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Monday, March 30, 2015


Today we were in Wal-Mart, looking for a few things, but mostly it was a day to roam and wander. In the pharmacy department, I happened to see a sign that read FREE. Free what? It was a bright shiny new kiosk to take your own blood pressure. I thought Wal-Mart had gotten rid of that, but here was a new one.
In this one, it was like sitting in a little space capsule, almost hidden, almost private. I love machines that tell me something about myself.

So, I sat down.

On the bright screen was a message: START. I punched the button and learned right away I could learn more than my blood pressure from this very cool machine. It would also tell me my BMI (Body Mass Index, that is weight relative to my height.) It would also tell me my risk of having a serious disease, and my chance of a long healthy life.

Now, do you think I want to know all this? You bet I do.

So, I went about the process of measuring...MY SUCCESS.

First--Blood Pressure. By the time I finished this simple process I learned my blood pressure was--105/75. Really? REALLY? Isn't that very low? Wouldn't I feel lightheaded or something with such a low blood pressure? True, my BP is regularly rather low, but it's usually around 120/ 80. The machine might be a bit off.

Second--BMI. I was instructed by the pretty lady on the screen to place my feet on the bars under the edge of my seat--in other words, take my feet off the floor. I did so. Then I was asked my height. Five feet-Six, I punched. The results? Excellent. Good weight for my height.

Third--my diet. Do I eat 4-6 servings a day of fruits and vegetables? Yes, I live on those and carbohydrates, mostly in the form of pasta. After this test of several questions, I was ranked--Excellent.

Fourth--my chances of living a long life.

Do I exercise regularly every day for at least thirty minutes? No. I am quite lazy.

Do I smoke? No, never.

Do I binge on alcohol? No. Only drink moderately.

Do I have relatives with diabetes? No.

Do I have relatives with heart disease. Yes.

After this test, I was ranked Good--not Excellent--but Good. And it will stay that way because I probably won't exercise any more than I do now. Didn't I say I was lazy?

But these are physical tests.

If you are an author, you knew I would sooner or later get around to measuring our success by the number of sales we made recently or the rankings on our books. This is the time of year for reflection--the 1099s that arrive from our publishers that tell us how much money we made during 2014.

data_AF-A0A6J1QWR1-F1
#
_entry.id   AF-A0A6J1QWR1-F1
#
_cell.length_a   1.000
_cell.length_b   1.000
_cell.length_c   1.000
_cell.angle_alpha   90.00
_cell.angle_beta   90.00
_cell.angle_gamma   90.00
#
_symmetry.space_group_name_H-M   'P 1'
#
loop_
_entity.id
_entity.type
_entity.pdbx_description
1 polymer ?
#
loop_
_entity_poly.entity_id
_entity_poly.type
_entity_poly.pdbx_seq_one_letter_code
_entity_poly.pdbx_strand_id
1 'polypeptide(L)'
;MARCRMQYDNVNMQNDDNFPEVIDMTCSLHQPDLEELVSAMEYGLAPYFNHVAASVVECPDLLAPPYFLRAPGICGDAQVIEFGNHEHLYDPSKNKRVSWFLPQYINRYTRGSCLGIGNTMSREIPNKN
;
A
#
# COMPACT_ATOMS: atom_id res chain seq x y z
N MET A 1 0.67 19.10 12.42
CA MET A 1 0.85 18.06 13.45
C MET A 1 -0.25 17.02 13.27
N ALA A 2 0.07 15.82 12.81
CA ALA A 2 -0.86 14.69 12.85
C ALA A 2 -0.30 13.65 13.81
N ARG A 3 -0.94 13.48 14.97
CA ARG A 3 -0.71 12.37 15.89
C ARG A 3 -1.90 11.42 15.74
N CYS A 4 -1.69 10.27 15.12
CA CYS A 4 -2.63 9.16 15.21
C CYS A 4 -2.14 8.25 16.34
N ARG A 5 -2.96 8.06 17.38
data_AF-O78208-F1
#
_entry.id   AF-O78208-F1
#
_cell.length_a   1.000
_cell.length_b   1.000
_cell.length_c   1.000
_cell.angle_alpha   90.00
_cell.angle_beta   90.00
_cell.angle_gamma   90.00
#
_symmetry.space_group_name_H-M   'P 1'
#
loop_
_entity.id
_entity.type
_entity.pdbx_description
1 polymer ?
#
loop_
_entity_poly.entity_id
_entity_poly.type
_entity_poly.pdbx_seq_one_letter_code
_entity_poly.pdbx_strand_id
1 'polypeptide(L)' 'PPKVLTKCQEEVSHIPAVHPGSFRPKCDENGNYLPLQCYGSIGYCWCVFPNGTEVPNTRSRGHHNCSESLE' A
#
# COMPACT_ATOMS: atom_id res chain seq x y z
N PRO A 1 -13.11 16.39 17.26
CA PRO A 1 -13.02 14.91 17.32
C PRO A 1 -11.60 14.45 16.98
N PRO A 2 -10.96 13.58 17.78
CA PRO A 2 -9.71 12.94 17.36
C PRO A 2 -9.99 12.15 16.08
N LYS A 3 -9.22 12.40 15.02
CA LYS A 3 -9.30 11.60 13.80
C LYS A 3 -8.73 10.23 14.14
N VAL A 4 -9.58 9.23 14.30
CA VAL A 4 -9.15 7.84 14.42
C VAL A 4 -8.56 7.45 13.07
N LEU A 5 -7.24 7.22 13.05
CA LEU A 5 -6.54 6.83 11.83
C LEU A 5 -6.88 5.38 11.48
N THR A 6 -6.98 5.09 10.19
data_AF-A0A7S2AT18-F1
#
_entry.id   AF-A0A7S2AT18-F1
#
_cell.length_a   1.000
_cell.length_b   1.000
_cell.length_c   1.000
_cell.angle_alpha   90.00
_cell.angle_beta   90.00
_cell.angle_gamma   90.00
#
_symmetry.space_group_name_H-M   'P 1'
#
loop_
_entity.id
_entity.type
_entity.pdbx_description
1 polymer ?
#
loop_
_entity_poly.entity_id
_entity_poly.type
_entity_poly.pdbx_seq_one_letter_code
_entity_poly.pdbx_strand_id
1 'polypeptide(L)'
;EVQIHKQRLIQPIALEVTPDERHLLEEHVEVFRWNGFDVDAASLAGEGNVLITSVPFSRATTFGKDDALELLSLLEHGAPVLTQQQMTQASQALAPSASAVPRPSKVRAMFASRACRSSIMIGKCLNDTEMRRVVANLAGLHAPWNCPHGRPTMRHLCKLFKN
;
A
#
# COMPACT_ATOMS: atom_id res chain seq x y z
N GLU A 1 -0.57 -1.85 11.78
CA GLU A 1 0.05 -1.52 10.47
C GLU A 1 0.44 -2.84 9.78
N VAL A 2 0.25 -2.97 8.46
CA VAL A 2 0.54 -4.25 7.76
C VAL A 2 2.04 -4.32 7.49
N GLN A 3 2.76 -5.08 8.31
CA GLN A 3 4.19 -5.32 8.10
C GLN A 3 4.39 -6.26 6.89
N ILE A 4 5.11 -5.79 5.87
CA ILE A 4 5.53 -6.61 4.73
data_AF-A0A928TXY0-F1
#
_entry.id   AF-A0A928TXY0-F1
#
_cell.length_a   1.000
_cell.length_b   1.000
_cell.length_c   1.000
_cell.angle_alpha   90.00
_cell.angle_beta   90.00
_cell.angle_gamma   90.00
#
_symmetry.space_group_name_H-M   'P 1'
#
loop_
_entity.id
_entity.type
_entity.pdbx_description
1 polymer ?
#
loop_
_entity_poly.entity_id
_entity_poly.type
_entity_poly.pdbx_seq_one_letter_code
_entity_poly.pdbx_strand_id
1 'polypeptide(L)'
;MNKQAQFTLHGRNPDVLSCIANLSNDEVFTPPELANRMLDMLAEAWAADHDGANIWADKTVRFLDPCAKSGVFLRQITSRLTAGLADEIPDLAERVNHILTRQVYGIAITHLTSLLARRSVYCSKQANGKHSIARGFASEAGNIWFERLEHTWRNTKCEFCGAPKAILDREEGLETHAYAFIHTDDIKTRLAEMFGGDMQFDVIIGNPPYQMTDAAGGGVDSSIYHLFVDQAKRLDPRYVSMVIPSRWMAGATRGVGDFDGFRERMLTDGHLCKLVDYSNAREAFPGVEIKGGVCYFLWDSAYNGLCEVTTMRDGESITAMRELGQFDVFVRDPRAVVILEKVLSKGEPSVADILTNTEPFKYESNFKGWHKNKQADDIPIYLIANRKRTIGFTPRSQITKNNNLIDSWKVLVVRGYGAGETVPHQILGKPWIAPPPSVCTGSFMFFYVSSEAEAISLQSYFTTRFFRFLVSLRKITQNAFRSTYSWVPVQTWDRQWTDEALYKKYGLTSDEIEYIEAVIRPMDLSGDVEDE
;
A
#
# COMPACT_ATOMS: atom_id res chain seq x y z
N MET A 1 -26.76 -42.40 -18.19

If you are a reader you will have some other way of measuring success.
For example, are you happy? Are you at least somewhat successful? Do you wonder what else you could have done?

All of the above, in my case. Yes, I'm reasonably happy, but not completely satisfied. I surely know I could have done more.

But do I feel successful? Yes, and I'll tell you why.

I began writing late in life, so whatever I accomplish now is only a plus, a big present wrapped up in shiny paper with a big red bow. To write stories and have wonderful publishers who like my work and puts them out in ebook and beautiful prints is one of the most thrilling things I've done. And I've accomplished other things later in life that surprised even me.

I never thought I'd  go to college at age 27 and get two degrees.
I never thought I'd be fortunate enough to teach in a wonderful private military boarding school until I retired.
I never thought I'd learn to play golf at age forty. I never thought I'd suddenly begin to write fiction when I'd never thought of it in my entire life.

How Do You Measure Success? It's all relative, don't you see? Think on the positives, and look forward to trying something new to boost your own success.

Every day is a new day to begin again.

Good luck to you all--and think...SUCCESS!

Celia Yeary-Romance...and a little bit 'o Texas
My Website
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Thursday, March 26, 2015

#NewRelease -- DIGGING HOLES IN PARADISE by Karen Mihaljevich -- Giveaway!

Be sure and leave a comment for a chance to win a free ecopy of Digging Holes in Paradise by Karen Mihaljevich.


One lie leads to another in this playful historical romp until the characters have dug themselves in so deep, they may never be able to dig out!

In 1859 Missouri, Josette Stratton discovers that women have little more control over their lives than horses on the auction block.  A chance identity switch gives her an out from a marriage of convenience mandated by her father, and Josette heads for the untamed Nevada Territory to assume the position of a seamstress.

In Nevada City, a madam sells raffle tickets for one lucky man to spend the entire night with her new prostitute who is due in on the next stage.

Na├»ve Josette is horrified to discover on her first night in town, that “seamstress” is just another name for…Oh!